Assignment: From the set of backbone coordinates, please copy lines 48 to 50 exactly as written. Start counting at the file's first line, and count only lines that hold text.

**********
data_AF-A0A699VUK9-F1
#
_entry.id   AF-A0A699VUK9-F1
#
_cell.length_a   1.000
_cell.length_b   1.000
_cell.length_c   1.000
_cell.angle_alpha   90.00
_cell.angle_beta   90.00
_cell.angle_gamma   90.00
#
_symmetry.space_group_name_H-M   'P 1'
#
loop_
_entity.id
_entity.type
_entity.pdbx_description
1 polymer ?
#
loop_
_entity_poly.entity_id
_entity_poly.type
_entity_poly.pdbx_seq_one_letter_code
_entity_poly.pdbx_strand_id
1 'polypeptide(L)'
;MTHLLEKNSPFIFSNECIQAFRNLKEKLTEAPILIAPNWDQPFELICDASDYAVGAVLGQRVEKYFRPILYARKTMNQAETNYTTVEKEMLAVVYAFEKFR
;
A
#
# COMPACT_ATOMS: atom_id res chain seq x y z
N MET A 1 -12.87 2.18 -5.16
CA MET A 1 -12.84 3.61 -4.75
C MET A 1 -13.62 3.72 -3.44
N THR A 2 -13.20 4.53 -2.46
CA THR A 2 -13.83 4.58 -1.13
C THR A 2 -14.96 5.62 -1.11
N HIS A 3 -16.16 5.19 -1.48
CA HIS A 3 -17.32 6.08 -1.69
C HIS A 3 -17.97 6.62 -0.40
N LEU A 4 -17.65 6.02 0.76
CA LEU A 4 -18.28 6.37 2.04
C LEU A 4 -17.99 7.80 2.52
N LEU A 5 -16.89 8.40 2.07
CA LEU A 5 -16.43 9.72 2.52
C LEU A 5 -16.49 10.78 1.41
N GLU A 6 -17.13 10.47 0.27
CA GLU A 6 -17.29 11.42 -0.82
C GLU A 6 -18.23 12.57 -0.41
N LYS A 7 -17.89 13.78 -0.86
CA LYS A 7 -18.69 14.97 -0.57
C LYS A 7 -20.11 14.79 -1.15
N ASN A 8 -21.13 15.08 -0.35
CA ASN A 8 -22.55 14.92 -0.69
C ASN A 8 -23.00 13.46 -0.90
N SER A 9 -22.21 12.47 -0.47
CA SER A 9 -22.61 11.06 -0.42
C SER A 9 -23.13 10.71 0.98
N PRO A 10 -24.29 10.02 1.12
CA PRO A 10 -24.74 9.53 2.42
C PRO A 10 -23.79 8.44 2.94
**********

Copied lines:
C GLU A 6 -18.23 12.57 -0.41
N LYS A 7 -17.89 13.78 -0.86
CA LYS A 7 -18.69 14.97 -0.57